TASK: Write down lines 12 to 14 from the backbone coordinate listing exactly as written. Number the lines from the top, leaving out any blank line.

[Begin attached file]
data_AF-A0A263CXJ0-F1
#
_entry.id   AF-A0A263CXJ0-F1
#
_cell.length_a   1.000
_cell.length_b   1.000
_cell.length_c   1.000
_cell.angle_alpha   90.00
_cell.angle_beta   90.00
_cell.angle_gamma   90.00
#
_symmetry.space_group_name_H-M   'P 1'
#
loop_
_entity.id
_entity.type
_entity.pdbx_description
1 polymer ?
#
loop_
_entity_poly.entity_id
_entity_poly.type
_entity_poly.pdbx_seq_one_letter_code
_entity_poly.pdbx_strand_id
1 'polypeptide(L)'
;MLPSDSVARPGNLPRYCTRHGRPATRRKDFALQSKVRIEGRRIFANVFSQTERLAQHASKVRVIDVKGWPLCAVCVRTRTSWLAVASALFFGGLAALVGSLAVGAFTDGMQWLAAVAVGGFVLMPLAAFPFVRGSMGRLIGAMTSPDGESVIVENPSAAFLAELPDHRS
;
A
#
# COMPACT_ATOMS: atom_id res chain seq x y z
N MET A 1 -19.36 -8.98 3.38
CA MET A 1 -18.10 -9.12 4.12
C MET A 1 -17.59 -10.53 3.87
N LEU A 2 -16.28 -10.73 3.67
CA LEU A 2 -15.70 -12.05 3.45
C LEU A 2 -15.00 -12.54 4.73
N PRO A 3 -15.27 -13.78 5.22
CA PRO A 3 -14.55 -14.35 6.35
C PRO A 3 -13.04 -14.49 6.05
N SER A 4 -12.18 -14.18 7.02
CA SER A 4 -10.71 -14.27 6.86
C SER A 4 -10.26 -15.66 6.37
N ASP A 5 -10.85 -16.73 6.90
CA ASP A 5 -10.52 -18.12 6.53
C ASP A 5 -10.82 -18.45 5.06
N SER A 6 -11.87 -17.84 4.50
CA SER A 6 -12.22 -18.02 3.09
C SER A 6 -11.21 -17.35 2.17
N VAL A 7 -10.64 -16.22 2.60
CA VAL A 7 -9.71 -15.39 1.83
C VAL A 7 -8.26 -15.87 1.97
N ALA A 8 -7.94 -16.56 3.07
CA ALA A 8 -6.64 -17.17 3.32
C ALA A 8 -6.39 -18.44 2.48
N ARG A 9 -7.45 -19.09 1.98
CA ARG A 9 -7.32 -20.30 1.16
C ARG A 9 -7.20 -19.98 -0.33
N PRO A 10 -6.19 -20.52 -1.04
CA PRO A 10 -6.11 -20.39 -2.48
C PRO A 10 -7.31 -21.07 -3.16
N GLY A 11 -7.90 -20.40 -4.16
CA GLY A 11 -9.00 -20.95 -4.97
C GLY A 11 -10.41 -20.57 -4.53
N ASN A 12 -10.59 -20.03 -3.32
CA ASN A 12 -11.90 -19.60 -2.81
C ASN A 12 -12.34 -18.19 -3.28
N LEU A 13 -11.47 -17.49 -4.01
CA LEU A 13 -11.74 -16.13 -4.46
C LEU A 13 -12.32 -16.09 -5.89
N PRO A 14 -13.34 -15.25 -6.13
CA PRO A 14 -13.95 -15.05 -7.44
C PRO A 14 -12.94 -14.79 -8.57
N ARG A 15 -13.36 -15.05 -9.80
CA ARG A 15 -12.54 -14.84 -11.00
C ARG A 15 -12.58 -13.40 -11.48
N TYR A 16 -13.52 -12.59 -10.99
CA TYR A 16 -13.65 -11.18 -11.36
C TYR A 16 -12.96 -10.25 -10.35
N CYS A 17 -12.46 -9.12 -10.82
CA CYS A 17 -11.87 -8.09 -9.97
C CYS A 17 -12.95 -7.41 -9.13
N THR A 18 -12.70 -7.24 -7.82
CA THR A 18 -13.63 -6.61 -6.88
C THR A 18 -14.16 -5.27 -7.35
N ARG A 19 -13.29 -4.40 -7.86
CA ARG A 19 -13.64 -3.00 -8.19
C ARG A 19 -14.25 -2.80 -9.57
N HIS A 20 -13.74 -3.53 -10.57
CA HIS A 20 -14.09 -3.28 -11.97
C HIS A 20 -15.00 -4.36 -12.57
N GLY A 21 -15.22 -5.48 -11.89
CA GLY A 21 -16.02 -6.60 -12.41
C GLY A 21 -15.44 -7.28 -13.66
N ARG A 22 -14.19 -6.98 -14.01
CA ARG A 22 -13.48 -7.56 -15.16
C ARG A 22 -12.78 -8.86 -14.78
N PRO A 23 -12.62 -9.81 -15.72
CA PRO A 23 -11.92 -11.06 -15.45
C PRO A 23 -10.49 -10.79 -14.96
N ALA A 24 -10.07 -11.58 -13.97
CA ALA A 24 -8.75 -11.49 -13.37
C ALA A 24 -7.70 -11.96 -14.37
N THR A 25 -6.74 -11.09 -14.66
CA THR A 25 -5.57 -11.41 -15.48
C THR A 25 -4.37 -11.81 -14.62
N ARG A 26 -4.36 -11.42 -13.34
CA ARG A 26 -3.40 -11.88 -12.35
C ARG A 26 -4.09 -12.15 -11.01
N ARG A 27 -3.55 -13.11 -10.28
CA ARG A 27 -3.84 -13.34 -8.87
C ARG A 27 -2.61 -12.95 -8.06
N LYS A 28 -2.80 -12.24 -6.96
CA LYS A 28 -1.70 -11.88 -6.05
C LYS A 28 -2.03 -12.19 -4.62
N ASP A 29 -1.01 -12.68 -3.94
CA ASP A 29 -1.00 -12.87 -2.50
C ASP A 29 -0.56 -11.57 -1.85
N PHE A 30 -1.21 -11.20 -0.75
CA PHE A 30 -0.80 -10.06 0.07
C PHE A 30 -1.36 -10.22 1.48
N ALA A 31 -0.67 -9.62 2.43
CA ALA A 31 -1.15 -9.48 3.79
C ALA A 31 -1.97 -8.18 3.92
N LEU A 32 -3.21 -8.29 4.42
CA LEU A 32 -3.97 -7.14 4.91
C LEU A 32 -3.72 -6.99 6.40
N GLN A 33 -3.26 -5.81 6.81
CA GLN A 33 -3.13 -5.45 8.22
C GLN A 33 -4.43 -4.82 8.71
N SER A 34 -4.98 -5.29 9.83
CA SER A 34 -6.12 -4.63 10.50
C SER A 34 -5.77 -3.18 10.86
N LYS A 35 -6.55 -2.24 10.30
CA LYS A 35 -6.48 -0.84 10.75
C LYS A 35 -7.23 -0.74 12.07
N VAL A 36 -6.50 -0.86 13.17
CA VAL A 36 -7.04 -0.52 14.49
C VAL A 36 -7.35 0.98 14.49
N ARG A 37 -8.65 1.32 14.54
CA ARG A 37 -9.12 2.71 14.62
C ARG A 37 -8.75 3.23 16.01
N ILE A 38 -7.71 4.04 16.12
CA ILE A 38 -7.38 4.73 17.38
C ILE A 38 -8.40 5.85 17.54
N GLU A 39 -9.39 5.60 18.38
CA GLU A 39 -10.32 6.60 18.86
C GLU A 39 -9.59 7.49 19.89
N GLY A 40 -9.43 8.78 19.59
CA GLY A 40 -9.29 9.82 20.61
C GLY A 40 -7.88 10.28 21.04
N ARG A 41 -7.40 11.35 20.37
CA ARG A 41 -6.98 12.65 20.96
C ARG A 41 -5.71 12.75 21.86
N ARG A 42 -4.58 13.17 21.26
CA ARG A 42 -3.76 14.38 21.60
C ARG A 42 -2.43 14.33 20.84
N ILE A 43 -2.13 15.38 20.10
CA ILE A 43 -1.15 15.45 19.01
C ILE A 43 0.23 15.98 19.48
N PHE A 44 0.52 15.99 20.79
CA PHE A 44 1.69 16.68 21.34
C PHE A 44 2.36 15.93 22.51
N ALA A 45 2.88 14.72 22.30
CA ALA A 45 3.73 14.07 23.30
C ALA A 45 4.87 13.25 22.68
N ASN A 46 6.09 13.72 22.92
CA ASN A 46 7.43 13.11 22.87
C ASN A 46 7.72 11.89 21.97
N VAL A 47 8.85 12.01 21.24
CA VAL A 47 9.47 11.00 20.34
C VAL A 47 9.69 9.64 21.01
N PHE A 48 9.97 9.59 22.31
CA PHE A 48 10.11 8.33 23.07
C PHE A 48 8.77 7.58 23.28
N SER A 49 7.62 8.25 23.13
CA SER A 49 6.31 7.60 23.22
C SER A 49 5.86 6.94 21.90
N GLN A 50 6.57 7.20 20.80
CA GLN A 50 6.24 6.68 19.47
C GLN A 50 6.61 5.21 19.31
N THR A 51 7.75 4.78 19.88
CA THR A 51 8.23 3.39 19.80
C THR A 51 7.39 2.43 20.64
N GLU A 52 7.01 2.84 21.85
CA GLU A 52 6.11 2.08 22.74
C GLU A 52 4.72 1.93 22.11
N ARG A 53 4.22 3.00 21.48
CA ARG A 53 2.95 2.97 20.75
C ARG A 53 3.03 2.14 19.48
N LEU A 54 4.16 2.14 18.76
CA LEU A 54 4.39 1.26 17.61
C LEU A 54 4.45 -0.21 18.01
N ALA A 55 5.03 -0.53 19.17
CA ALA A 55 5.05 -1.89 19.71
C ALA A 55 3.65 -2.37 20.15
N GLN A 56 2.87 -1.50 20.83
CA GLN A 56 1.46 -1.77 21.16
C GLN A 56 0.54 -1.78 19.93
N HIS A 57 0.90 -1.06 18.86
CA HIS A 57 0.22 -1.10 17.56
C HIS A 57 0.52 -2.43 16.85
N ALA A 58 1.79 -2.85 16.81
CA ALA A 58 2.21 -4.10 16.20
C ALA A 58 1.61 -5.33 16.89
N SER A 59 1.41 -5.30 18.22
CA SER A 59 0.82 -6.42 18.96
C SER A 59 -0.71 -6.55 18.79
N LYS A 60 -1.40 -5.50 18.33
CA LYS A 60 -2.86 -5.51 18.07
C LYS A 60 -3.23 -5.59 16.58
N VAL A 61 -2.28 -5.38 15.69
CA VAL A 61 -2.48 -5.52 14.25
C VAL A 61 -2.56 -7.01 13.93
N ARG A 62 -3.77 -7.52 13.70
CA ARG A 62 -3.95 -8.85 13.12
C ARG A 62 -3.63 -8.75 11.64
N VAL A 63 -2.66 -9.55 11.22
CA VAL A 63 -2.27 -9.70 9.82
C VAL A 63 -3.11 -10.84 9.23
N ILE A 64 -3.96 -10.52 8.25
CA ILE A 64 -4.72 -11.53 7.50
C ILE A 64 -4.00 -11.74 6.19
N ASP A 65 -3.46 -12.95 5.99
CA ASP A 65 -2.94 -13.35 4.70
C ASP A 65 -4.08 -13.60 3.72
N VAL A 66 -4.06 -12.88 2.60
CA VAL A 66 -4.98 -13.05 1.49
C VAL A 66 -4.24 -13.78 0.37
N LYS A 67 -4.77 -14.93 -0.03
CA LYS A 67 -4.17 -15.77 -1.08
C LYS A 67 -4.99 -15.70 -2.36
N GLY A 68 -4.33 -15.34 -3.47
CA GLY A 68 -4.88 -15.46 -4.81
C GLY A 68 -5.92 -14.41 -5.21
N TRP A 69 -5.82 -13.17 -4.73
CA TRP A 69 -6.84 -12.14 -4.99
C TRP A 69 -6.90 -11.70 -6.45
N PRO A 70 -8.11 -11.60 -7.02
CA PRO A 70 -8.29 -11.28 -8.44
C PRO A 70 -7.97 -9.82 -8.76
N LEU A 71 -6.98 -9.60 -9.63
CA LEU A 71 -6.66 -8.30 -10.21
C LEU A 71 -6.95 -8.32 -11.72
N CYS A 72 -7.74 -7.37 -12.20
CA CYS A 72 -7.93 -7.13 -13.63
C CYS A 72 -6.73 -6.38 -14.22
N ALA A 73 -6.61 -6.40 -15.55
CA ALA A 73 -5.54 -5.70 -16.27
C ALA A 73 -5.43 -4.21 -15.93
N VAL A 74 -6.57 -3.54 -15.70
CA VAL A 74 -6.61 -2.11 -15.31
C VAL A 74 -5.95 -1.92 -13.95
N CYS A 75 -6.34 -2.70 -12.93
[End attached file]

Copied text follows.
_symmetry.space_group_name_H-M   'P 1'
#
loop_